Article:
Thursday, March 29, 2007

Groundhog - The Mine-Mapping Robot

U045926H Wong Jia Hui

Groundhog is a mine-mapping robot developed by Carnegie Mellon University (CMU) in response to a mining accident due to inaccurate maps. Its objective was to explore and map a large abandoned coal mine accurately and reliably, so as to ensure safety of the miners.

Groundhog is equipped with: -tiltable SICK laser range finders to obtain scans efficiently

-cameras, tilt, gas and sinkage sensors to obtain data

-a gyroscope to allow it to get through the obstacles and the different terrains within the mine

-a wireless video system for data obtained to be seen by the team outside the mine

Groundhog makes use of the perception technology - Simultaneous Localization and Mapping (SLAM), to derive maps from the data obtained in real time. With autonomous and mapping technology, Groundhog has to make decisions by itself on how and where to go, and to return outside with the required information.

The hallmark of Groundhog and its incorporated technology came when it encountered a fallen beam, and made the right decision to retreat. Under development, this was an unforeseen situation. Yet through Groundhog’s own analysis, it decided the beam was unsafe to cross, and appropriately retreated.

I think this is an excellent example of how autonomous robotics can be incorporated into real-world situations. With further development, robots like Groundhog can help ensure safety of workers in mining and in other areas such as deep sea excavation.



dars.explore said...

Hmm..looks good from what I have seen, except that the robot is slightly too large for navigating through narrow spaces and uneven grounds.

Just a query, how far can the robot travel and still maintain contact with the people outside the mine?

Industry said...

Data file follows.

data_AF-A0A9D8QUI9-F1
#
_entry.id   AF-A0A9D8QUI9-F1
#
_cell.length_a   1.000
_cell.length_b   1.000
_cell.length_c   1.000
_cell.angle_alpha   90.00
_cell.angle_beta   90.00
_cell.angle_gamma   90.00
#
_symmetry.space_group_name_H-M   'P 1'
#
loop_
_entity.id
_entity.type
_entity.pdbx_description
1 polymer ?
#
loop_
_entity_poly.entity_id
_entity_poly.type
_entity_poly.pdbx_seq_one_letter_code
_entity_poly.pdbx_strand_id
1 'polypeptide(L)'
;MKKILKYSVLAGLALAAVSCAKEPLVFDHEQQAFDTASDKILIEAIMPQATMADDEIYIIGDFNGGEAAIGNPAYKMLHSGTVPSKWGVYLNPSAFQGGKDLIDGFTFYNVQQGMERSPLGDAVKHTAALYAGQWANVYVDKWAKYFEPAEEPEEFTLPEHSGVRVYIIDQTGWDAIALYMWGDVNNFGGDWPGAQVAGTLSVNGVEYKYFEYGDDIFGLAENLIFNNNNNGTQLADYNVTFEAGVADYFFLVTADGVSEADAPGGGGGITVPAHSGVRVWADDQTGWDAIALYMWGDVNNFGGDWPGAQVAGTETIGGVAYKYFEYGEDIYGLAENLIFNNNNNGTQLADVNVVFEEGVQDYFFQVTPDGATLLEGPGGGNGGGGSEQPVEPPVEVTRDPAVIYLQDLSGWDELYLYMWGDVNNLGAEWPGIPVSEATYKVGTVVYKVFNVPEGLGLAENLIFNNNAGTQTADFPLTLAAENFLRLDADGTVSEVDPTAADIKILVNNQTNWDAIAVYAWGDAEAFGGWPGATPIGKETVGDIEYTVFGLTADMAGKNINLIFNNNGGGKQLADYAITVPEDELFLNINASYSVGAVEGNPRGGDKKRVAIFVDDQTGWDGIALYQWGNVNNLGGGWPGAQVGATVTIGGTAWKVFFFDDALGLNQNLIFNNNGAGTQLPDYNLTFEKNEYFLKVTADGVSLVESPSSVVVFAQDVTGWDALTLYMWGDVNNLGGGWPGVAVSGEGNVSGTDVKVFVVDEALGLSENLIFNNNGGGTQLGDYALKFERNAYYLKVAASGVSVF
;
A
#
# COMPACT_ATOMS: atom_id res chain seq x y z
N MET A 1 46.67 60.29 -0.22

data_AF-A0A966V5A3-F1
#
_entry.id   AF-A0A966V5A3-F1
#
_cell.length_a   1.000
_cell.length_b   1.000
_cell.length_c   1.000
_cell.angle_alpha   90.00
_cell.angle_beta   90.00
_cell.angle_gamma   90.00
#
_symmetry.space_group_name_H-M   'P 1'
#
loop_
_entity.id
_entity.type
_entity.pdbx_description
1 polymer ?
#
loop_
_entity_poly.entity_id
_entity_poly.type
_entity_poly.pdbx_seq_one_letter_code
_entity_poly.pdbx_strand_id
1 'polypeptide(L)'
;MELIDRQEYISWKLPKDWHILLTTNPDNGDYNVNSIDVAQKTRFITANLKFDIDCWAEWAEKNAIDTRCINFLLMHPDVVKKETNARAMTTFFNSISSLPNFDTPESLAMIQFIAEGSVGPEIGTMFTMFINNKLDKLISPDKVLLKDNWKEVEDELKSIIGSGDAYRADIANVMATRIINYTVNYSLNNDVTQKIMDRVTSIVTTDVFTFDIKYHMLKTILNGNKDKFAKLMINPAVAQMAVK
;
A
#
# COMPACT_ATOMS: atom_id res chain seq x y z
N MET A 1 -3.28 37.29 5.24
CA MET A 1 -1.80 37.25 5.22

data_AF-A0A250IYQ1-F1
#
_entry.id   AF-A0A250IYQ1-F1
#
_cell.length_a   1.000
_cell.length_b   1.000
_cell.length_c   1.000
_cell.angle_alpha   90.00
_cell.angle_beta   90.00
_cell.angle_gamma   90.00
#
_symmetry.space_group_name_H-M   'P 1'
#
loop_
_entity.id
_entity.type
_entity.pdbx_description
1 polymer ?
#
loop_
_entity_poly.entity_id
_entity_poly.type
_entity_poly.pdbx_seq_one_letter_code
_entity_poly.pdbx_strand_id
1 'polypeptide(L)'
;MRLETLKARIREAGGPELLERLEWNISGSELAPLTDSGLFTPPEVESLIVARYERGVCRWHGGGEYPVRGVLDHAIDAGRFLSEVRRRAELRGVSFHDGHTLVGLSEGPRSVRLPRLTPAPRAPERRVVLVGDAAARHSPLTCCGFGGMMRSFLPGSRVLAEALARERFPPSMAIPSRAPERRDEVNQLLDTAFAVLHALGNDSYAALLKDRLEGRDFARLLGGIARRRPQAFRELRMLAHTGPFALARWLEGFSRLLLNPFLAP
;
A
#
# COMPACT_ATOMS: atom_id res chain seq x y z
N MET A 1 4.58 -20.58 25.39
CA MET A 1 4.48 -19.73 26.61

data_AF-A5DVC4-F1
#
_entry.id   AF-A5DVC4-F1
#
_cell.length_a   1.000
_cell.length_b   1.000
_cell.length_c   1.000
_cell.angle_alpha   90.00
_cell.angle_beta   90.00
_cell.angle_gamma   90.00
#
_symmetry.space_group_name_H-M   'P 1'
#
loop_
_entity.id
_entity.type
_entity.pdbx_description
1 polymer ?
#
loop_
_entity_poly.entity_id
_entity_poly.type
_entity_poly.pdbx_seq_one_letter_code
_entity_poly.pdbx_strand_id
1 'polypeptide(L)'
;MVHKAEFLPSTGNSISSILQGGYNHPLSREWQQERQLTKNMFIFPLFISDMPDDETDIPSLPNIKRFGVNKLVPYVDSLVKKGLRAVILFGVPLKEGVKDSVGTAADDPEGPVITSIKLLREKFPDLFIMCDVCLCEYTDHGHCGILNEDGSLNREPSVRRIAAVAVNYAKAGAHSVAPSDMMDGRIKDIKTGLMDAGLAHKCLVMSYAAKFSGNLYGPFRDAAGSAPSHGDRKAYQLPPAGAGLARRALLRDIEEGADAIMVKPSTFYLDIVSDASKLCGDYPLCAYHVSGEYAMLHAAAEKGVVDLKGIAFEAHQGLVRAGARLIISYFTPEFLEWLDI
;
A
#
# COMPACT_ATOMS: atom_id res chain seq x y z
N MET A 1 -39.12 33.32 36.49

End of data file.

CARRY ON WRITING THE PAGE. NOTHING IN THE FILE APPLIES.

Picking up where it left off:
U045926H Wong Jia Hui

Yup that's true. There were constraints to Groundhog's movements. From the documentation of Groundhog at, the dimensions of Groundhog is 1m (ht) x 1.2m (width), which is unsuitable for narrow spaces, like you pointed out.

I don't know exactly how far the robot can travel, but from the link above, the range of 1.5km is within the operational range of Groundhog. And contact is maintained through messages from Groundhog to the control team over an 802.11 wireless link, to show that it was working.

yuzi said...

yu zhenyu u037786a

this is similar to the robot in the deep sea. humans use them in exploring and searching. this is main use for robots nowadays.

i am sure,robots have more functions such as playmate for child, worker in the factory, fighter in the war, etc.

dars.edutainment said...

First Law
A robot may not injure a human being or, through inaction, allow a human being to come to harm.

Second Law
A robot must obey the orders given by human beings, except when such orders would conflict with the First Law.

Third Law
A robot must protect its own existence, as long as such protection does not conflict with the First or Second Law.

From the human's perspective, it's great to see such developments and technology which will lessen the risk on the human existence. Sadly, by the 3 Laws, the robots can't really protect their own existence if they had to undergo dangerous tasks. It's a wild imagination, but maybe one day robots might become so integrated with the human race that the 3rd Law might be abolished or modified to protect their existence..

Alvin Ong
U036077M said...

adrian yang

hmmm...just 1 small query about this robot..:

After the Groundhog detects the trapped miners, is it able to perform some form of life prolonging actions (such as the removal of the debris that are endangering the person, or providing the casaulties with immediate first aid)? In other words, does the robot do anything else besides locating the people?

dars.edutainment said...

U036418N Tan Chee Boon

I believe this robot can also be used during accidents where building collapse or even during earthquakes to find survivors under fallen buildings. However, the size is a factor to be considered.

dars.explore said...

Koh Yew Tong U036316U

Groundhog seems to be very useful in mine mapping. But what if it happens to trigger the mine? Dos the robot able to withstand the impact of a mine?

dars.edutainment said...

Interesting to say the least.

A few things on my mind: How does wireless video work when the robot is deep in the mine, and will not the electrical component adversely affect the mine, such as sparking up and blowing up an entire coal mine or something.

Still, the robot looks a little too bulky. I wonder if they can come up with something with legs. That'll be cooler =)

Anonymous said...

cool robot although it should be more practical and have more lidars

essay editing services said...

cool name!! realy creative idea to titled it "groundhog". ;) I liked it